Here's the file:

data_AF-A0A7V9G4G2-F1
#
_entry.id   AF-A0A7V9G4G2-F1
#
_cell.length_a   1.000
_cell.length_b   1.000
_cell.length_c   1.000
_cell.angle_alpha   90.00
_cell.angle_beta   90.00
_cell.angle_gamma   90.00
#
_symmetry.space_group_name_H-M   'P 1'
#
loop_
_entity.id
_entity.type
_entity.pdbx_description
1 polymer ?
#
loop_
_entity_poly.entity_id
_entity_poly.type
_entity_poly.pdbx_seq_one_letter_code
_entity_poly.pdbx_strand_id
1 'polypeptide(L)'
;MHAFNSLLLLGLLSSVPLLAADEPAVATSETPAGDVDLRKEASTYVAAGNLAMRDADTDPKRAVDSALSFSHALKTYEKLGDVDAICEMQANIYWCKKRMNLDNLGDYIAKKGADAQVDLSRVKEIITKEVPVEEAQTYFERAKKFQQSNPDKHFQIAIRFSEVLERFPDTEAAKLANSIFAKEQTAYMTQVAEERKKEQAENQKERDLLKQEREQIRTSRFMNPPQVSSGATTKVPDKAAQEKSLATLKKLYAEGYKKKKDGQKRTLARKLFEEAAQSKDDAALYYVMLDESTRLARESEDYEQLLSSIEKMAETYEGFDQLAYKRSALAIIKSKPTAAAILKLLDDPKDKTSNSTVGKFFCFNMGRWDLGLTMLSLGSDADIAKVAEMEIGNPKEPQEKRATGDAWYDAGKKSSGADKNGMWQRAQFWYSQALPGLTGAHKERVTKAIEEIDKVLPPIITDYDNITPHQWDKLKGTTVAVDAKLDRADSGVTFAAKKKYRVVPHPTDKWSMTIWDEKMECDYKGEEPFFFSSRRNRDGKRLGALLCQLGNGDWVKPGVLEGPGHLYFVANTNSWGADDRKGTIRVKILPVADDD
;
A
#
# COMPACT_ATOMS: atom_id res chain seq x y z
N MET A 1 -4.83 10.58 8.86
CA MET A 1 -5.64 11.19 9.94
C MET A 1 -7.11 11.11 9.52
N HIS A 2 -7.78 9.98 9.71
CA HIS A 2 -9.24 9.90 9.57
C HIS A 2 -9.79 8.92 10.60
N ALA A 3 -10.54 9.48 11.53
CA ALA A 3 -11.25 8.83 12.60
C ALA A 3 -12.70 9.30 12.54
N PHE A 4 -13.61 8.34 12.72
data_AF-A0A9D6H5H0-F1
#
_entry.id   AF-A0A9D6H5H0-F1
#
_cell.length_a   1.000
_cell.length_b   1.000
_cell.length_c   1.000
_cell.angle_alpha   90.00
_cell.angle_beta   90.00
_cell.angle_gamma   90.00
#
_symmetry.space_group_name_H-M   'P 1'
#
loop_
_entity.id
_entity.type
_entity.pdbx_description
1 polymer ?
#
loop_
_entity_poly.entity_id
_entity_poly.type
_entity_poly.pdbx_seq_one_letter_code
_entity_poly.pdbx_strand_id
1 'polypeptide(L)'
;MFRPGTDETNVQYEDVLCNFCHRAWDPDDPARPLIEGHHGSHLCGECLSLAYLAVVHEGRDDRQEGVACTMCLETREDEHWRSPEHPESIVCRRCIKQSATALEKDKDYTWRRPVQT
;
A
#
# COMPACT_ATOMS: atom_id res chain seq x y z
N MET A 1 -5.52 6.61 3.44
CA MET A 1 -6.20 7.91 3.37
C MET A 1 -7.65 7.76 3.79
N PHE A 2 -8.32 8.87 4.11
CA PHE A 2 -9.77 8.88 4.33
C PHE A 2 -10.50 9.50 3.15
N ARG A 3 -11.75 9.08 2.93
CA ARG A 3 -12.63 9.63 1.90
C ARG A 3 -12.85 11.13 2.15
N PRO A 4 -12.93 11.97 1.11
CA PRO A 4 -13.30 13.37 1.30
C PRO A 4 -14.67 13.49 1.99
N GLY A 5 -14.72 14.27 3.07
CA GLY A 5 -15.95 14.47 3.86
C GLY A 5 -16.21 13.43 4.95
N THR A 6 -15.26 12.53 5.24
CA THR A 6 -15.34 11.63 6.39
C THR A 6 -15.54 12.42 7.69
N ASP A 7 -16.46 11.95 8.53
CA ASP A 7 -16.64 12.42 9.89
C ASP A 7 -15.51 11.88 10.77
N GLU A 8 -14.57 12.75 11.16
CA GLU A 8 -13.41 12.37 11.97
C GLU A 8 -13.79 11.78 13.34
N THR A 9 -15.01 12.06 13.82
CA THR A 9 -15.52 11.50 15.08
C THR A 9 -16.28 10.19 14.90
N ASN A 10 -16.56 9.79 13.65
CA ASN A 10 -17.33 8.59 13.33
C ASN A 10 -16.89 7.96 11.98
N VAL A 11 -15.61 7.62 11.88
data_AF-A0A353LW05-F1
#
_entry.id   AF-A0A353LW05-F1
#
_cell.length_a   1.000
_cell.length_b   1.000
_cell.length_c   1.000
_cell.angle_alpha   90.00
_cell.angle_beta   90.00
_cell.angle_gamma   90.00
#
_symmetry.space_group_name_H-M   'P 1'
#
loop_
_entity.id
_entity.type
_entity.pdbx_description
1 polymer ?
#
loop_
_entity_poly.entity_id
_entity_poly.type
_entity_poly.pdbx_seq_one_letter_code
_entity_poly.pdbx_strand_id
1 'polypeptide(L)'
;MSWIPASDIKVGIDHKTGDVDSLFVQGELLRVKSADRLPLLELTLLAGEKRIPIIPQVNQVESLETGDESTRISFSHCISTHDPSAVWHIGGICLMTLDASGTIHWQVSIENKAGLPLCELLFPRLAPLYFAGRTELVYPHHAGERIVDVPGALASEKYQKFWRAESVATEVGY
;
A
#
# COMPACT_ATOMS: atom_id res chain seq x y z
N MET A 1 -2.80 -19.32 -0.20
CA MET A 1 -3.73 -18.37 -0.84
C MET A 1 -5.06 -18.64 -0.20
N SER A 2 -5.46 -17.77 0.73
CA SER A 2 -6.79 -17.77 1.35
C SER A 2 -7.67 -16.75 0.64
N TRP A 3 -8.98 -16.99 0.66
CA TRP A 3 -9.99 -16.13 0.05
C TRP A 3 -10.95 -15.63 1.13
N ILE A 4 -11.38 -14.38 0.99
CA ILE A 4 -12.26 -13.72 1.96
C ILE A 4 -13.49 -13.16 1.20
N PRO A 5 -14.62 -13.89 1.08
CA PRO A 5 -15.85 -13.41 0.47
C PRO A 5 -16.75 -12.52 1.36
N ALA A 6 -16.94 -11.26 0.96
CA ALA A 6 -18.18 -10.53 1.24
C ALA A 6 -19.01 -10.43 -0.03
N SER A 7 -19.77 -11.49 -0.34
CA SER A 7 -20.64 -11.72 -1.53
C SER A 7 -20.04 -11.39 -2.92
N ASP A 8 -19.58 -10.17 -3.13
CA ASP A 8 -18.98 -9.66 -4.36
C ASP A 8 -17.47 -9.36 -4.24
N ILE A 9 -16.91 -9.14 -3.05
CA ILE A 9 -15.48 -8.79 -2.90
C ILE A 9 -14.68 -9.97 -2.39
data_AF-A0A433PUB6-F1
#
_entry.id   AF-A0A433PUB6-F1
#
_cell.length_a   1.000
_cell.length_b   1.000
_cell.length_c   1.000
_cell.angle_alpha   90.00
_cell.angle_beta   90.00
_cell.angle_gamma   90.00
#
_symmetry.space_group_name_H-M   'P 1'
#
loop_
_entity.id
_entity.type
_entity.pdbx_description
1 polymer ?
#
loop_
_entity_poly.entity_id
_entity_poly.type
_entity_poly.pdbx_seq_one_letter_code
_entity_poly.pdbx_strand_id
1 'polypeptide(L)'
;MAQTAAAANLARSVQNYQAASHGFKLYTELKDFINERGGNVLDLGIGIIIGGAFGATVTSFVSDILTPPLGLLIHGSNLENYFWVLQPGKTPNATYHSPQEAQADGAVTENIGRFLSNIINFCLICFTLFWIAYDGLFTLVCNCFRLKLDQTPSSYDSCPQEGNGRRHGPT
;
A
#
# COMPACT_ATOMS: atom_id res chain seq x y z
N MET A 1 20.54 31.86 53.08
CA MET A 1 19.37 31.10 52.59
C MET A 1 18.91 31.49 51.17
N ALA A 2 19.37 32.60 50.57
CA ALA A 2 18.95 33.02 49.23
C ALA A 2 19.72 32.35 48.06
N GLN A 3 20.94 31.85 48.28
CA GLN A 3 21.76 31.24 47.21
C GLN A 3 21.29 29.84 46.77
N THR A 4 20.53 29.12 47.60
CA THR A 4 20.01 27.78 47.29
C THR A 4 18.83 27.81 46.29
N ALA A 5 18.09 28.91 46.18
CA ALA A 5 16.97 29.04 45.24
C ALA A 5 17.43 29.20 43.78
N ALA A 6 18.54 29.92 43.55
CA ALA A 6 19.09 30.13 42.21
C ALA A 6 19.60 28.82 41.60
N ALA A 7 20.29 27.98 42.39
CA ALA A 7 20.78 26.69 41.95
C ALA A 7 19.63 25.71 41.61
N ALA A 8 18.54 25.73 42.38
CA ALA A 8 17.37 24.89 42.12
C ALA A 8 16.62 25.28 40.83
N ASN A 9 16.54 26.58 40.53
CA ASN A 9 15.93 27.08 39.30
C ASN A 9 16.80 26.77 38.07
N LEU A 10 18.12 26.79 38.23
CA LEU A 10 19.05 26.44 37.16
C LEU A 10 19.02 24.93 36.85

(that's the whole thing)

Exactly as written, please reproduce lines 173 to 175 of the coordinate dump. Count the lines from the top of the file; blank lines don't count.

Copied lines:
_entity.id
_entity.type
_entity.pdbx_description